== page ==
What conditions the growth of that seed is how we tend our own soil. Are we receptive? Do we remain open to new ideas and new people in our lives? What kinds of emotions rule our lives? How central is thanksgiving in our lives? Do we anticipate the moments of grace, the face of Christ in the stranger, the evidence not seen but present?
I have spoken of the seed from the sower, our fore bearers use to sing of the “showers of blessing, the shower of blessings we receive.” That is what we have, “seeds of grace,” “showers of blessing,” and in good soil, meaning your life, the increase can be phenomenal, so that what is seen in you is not simply that you are blessed, which you are, but in the seed that grows, your life becomes a blessing and people see in you a Christlikeness. Amen.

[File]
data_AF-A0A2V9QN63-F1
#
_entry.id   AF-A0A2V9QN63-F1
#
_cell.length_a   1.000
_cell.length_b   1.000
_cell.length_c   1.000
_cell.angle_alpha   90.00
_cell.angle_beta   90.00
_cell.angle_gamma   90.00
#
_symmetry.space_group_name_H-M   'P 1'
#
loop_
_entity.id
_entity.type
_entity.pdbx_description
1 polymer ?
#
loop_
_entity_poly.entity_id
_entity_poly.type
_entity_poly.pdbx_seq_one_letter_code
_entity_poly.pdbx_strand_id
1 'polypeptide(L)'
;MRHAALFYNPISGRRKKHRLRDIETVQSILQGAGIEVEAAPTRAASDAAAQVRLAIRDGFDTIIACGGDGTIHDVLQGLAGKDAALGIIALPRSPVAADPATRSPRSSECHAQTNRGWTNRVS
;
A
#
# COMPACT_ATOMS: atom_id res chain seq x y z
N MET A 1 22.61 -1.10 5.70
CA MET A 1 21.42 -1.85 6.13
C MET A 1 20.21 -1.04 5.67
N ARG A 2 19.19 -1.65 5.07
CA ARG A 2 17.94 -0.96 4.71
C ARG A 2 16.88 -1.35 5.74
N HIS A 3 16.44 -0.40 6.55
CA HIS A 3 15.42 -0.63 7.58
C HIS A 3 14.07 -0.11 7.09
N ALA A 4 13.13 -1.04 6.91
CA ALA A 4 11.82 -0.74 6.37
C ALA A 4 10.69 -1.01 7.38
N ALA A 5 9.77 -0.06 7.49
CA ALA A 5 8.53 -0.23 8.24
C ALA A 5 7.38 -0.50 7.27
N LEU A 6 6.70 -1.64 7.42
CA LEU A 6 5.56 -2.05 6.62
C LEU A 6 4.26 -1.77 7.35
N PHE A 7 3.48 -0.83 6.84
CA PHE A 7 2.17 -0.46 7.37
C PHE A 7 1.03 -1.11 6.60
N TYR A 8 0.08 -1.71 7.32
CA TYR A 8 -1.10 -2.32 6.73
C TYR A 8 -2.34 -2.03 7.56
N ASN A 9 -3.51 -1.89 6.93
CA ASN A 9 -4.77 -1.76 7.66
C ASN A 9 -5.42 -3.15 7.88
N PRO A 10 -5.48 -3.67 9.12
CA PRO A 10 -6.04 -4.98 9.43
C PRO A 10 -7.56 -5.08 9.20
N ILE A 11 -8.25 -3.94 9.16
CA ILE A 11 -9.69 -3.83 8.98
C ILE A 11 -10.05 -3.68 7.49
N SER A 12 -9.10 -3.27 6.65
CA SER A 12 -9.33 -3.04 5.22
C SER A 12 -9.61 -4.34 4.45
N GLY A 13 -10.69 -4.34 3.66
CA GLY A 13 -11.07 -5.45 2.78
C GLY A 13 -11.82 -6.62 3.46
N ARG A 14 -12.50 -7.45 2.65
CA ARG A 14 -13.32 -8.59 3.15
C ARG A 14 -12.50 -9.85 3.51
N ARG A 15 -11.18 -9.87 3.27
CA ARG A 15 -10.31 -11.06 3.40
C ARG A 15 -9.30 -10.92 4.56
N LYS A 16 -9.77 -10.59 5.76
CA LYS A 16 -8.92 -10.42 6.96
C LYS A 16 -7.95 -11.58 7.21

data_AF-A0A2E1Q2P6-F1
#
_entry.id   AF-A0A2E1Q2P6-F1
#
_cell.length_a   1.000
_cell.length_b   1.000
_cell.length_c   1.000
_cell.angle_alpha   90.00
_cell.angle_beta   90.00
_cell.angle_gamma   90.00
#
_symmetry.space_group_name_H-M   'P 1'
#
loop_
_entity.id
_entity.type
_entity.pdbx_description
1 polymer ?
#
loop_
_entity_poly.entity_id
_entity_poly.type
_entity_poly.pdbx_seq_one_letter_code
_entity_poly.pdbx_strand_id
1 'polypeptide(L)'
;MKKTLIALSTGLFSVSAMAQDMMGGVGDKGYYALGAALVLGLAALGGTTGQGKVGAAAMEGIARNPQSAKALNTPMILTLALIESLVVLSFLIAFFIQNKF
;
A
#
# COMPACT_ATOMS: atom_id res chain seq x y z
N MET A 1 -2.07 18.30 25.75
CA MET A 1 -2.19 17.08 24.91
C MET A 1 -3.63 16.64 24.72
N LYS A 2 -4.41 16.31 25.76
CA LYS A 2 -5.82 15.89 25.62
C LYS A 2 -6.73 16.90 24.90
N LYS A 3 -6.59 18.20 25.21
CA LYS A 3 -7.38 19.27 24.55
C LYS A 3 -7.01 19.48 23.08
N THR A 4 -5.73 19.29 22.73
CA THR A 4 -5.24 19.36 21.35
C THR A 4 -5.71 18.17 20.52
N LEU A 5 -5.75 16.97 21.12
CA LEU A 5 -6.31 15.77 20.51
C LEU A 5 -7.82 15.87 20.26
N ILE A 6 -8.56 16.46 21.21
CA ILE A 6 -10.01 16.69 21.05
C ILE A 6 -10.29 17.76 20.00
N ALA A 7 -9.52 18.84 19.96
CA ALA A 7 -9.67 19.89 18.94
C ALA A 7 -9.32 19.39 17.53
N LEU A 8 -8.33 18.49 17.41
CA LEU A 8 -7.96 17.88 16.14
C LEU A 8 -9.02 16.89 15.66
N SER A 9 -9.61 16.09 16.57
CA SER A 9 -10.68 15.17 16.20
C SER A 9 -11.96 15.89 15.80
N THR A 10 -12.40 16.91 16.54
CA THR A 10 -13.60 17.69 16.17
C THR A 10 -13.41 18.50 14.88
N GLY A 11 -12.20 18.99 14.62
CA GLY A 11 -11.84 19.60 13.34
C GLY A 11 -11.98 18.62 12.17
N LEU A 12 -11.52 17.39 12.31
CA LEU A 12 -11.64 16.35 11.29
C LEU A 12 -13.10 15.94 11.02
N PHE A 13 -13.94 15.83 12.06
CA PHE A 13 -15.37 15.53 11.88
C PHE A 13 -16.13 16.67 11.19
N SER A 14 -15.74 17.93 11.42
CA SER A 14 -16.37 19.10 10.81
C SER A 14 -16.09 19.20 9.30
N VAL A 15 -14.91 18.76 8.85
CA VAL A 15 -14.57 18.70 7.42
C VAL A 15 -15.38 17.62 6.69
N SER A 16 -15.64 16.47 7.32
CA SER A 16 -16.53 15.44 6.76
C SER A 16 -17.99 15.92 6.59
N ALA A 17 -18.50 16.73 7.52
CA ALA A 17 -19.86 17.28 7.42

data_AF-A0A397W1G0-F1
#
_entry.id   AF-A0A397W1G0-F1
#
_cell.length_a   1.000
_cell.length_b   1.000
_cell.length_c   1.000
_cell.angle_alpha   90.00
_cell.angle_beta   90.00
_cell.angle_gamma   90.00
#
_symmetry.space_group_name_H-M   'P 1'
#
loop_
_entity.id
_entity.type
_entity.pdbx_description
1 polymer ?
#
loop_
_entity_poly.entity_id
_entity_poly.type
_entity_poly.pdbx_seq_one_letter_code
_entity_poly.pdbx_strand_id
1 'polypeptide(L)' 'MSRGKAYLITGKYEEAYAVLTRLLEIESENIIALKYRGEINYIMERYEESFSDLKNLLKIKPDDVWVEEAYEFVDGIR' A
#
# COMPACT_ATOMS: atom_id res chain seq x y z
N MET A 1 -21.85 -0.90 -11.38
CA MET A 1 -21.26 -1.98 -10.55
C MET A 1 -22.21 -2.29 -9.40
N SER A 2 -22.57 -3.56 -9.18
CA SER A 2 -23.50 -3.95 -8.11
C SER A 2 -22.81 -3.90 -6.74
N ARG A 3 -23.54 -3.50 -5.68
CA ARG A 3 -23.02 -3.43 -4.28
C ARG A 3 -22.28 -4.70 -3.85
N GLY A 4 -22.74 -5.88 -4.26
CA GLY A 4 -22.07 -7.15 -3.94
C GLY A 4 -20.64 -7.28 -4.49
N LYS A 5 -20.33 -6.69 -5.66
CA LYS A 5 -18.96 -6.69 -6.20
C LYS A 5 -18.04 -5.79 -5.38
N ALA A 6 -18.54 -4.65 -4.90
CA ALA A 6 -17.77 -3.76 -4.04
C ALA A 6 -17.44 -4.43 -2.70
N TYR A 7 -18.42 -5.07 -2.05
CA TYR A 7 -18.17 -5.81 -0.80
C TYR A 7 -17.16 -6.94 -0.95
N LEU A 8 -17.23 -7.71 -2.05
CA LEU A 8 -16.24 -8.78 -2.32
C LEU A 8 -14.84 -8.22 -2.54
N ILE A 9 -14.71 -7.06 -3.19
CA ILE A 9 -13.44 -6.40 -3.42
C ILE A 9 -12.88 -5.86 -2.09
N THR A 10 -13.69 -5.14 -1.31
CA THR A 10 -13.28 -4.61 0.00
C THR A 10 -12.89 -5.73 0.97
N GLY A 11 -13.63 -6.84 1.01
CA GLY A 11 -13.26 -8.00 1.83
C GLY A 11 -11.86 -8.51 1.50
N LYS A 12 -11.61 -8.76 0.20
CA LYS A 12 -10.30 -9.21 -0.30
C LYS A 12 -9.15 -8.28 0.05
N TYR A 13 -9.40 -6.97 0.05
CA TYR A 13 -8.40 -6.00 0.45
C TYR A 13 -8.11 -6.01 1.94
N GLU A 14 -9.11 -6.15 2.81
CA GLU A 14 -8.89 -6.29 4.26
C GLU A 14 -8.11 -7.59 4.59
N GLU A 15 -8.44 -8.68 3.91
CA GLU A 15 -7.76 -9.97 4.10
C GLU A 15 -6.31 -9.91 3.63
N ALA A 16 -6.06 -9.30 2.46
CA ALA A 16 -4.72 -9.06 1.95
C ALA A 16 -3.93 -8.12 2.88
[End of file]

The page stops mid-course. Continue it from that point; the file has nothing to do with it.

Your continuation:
PUBLIC PRAYER, July 10, 2011, SUCC
For the gifts of summer which have been
and continue to be ours,
we thank You.
For trips to new or familiar places,
for campgrounds and cottages,
summer showers and lots of sunshine,
For all these things God,
we accept so freely and take as givens,
and so seldom recognize as Holy,
We thank You, God,
We thank You.
Forgive, God, our ingratitude,
When we live life as if it is not a gift
but a burden,
When we take what we have as our right,
and never acknowledge our thanks,
When we become so lost in our own needs
we fail to see how we are called
to fill others needs.
Forgive us, God
and help us receive and accept